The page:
The board of directors is responsible for seeing that a company steers a safe course as it delivers on its mission. Because the board oversees strategic and operational decisions, it is important that members have a very clear picture of business risks as they work to ensure that profits are maximized, and legal and regulatory obligations are being met.
Thanks to several highly publicized and costly breaches, cybersecurity is one of the top board-level concerns. Breaches negatively affect a company’s reputation, customer experience, and bottom line. That said, board conversations about cybersecurity are difficult because it’s a complicated subject. The enterprise attack surface is massive, there are many moving parts, and the places where things can go wrong are too numerous to count.
Also, board members and c-suite executives are big picture thinkers, so this very complex topic needs to be presented in a way that makes sense to them. In short, you need to “speak their language” as you communicate cybersecurity posture, risks, and recommended actions to your board. Here are 3 success factors to keep in mind.
#1 Quantifying cybersecurity posture
Cybersecurity posture is an aggregate of the strength of a company’s cybersecurity policies, safeguards, and controls, and how effectively they mitigate risk. In an ideal world, you would be able to compute a simple risk score for your enterprise that shows where your cybersecurity posture stands at any point in time and how you compare against peer organizations. You would also be able to tie security vulnerabilities to business criticality so that you could prioritize actions and tackle the most serious risks first.
But where do you begin? How do you quantify the size and scope of the problem (both potential and actual)? What is the best way to discuss cybersecurity posture and recommended actions with board members and c-suite colleagues? Here are some key ideas to keep in mind.
- You need to redirect conversation from cybersecurity to cyber-risk but stay tied to actual on-network cybersecurity posture.
- You must identify key areas of the business at risk from cyber-attacks, and help your colleagues understand how your cybersecurity program is aligned to this risk.
- At the board-level it is all about benchmarks, so you must have a sound mechanism to compare your cybersecurity posture and breach risk against similar organizations. Your board will look to you to recommend the appropriate level of residual cyber-risk your organization should aim for.
- You must have internal benchmarking data in your back pocket– what is working well, and what is not. And which groups have good cybersecurity posture vs ones that don’t.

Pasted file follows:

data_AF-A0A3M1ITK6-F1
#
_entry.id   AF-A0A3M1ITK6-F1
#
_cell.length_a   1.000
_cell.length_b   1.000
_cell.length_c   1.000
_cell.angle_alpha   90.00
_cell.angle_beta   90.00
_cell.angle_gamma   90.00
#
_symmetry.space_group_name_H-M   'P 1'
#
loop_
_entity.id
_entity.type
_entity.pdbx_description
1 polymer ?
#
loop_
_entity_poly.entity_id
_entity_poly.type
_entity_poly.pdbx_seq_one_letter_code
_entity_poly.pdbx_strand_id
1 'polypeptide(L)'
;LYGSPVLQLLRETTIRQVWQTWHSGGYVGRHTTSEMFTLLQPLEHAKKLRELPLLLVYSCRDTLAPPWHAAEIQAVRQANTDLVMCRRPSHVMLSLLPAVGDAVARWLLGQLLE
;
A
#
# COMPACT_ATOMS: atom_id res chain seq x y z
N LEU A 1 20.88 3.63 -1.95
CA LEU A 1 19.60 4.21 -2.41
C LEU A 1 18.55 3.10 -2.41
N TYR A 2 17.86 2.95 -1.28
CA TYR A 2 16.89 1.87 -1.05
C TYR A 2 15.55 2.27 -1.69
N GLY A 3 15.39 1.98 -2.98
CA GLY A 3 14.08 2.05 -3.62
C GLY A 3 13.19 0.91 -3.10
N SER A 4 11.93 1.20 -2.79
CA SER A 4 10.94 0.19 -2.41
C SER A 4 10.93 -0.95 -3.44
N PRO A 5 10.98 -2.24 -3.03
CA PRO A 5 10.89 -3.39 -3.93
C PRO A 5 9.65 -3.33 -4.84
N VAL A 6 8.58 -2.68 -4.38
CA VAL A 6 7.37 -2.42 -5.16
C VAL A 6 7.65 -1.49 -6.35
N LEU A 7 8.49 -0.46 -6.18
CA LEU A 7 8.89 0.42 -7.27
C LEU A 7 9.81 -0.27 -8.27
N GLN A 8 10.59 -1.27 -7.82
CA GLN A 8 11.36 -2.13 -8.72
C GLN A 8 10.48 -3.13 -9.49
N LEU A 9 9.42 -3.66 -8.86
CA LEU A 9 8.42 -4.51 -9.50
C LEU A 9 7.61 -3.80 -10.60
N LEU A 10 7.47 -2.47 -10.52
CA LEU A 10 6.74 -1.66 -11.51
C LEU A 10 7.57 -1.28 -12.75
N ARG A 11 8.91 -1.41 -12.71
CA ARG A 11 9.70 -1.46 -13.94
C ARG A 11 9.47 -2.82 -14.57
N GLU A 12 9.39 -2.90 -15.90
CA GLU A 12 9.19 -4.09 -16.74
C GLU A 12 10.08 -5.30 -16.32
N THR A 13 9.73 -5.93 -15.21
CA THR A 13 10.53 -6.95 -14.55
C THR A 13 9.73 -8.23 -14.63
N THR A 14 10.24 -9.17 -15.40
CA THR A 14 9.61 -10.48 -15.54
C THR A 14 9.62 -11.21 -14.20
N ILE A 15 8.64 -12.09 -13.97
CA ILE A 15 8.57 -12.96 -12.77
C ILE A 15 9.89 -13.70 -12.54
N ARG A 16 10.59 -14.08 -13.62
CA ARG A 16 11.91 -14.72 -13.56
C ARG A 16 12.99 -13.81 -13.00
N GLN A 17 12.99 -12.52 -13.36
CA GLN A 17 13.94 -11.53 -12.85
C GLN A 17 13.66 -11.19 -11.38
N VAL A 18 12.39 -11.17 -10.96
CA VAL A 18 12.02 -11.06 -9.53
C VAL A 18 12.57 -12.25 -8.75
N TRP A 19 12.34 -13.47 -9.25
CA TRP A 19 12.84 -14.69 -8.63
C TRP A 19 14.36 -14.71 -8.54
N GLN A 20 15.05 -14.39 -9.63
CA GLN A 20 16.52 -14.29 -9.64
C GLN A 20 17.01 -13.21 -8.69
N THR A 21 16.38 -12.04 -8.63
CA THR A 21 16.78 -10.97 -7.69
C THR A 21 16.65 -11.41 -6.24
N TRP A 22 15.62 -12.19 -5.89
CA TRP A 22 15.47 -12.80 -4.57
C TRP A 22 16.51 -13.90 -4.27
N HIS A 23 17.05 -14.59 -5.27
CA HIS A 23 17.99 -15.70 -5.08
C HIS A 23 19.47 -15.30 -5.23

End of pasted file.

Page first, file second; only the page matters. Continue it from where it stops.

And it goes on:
How Balbix can help:
Balbix analyzes your attack surface inside-out and outside-in to give you a 100x more accurate view of breach risk than any other method. The foundation of cybersecurity posture quantification is visibility which starts with an accurate inventory of your assets, understanding and prioritizing risks to those assets, and implementing appropriate controls to protect them. Armed with this visibility into everything that needs to be protected and in what priority order enables you to help your board understand how cybersecurity posture is aligned to cyber-risk.
#2 Communicating cybersecurity posture in board terms
Your board members’ view of cybersecurity is quite different from how security and IT team members think. Board members are primarily concerned with cybersecurity as a set of risk items, each with a certain likelihood of happening with some business impact.
How Balbix can help:
Balbix lets you to define risk areas appropriate for your business using natural language search, and then maps the automatic calculation and tracking of these metrics to your actual on-network cybersecurity posture. You will be able to report business-level risk metrics, without having to explain the technical details of your cybersecurity program. Balbix also provides:
- Internal benchmarking and the risk heatmaps show you the groups of assets that are driving your risk metric. With internal benchmarking information, you are able to show your board and executives how risk is distributed in your organization, which teams, processes, and systems are major contributors, and the types of activities necessary to remediate these risk items.
- External benchmarking shows board members and executives the level of acceptable risk that is appropriate for your organization. Comparison with peer entities is a common method which senior leaders use to grade performance. Balbix helps you benchmark your security posture against similar organizations and use this information to help the board understand your cyber-risk goals for the enterprise.
#3 Data-backed execution plan
Once the board understands current cybersecurity risks, they expect you to have a well thought out execution plan to transform your organization’s cybersecurity posture.
How Balbix can help:
Balbix prescribes prioritized actions that you can take to improve your network’s cyber-resilience and decrease breach risk. The platform also provides you with simulation tools that allow you to compare the effectiveness of different remediation plans. In addition, we offer:
- Trends and reporting to show the risk reduction over a particular time period, continuous risk heatmaps with stunning visuals, as well as an automatic and continuous risk assessment, comprehensive risk measurements, and actionable insights across your entire hyper-dimensional attack surface.
- Visualization of your multidimensional attack surface for communicating with your board, as well as other functional areas across the enterprise.